Tuesday, December 15, 2009

Safe cycling

Adrian Loo took this photo during our recent ride to Changi Village for breakfast. Despite a long hiatus from cycling, all this gear is a standard part of my cycling kit so there was no trouble assembling them the night before.

Cycling lights
Photo by Adrian Loo

My rear light, a fairly new Cateye TL-LD610, refused to work when batteries were once again inserted, but happily I had a Sigma Cuberider to take its place - while Singapore streets are quite well-lit, the bright, blinking red lights alert drivers to your presence.

Updated to include a few missing items and a comment about distance to kerb. I should really add side and front-views (have them somewhere) and update this further.


Chelonia Munnster said...

Thanks for putting this up Siva! The blinking lights as well as the moving reflectors break the monotony of the bright Singapore street lights! This ensures that you WILL be seen!

thomask said...

great safety gear!

however, you are about 0.5m - 1m too close to the gutter. OWN your lane, forcing cars to merge into the second or oncoming lane if they want to overtake.

if they still decide to be so kiasu about their lane and pass extremely close to your right hand side, you then have a large safety margin to swerve in and brake if necessary.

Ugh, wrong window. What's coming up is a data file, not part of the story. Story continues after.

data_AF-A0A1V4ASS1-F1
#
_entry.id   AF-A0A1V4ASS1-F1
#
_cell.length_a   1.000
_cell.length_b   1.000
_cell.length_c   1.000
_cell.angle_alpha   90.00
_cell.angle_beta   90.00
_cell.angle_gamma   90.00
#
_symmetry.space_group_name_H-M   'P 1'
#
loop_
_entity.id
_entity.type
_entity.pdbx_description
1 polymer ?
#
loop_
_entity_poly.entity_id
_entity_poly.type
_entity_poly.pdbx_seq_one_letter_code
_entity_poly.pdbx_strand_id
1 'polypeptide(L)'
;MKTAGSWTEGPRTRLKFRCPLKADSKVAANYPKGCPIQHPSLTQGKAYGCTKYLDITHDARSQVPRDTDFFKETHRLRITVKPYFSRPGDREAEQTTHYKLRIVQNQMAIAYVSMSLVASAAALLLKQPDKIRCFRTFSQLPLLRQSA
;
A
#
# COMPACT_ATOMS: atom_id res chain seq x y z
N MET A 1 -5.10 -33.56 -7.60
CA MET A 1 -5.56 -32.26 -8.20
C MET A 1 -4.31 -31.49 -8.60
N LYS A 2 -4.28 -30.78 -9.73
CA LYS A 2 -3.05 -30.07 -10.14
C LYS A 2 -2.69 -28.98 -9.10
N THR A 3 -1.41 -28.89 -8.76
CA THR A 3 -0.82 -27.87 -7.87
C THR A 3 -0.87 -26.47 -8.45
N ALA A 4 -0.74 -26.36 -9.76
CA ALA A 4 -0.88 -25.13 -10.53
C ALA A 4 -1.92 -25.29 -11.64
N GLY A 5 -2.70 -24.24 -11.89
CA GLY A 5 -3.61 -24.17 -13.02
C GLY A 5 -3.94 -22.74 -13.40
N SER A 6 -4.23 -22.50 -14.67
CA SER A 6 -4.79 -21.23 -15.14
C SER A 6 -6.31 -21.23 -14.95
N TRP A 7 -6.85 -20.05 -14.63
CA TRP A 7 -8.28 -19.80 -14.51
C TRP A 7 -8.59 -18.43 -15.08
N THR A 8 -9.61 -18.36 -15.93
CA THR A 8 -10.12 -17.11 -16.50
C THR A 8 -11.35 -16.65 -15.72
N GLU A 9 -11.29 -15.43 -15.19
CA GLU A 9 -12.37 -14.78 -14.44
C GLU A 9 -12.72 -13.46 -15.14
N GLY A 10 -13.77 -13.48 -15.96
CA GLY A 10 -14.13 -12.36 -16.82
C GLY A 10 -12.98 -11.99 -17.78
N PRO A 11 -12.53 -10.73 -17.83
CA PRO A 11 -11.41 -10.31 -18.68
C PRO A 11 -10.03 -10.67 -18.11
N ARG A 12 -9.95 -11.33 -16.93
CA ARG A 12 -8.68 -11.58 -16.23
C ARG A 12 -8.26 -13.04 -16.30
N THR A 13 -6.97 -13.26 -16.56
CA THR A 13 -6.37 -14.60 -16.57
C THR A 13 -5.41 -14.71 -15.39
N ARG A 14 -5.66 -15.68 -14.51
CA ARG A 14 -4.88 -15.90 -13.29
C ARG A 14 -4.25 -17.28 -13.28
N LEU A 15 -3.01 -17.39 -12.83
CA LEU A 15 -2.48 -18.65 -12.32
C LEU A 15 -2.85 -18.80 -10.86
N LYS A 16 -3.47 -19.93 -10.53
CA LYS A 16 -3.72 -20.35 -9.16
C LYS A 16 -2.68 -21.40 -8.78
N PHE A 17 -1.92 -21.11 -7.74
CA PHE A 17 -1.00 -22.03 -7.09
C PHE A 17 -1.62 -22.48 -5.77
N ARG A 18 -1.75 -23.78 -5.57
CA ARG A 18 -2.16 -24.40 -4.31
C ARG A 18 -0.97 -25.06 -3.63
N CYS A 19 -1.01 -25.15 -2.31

Sivasothi said...

Yeah I know, too close to kerb; think I should replace this photo but was only one from last Saturday.

Kerb proximity here is not due to traffic (road is empty) but an occupational hazard - I was examining the vegetation and streams on the inside of the road so veered in as a result.

But yes, we need a decent margin when cycling in busy roads - that buffer can be critical.

Missing from photo:
Glasses - clear ones for dark (enhance light), dark ones for sun.
Back of jersey also has deep heat.
Frame has two water bottles.

Back2Nature said...

How close to the gutter, I think, depends very much on speed. It is also some kind of trade off between the risk of being overtook too closely and being knocked down from the rear by some not-alert driver. If riding at slow speed, wouldn't there be higher chance of the latter happening, which is quite deadly? Even if one took the whole lane, there will still be lazy drivers who merge half into the second lane and still overtake too closely.

More importantly and helpful is to frequently check the rear mirror to know the traffic behind.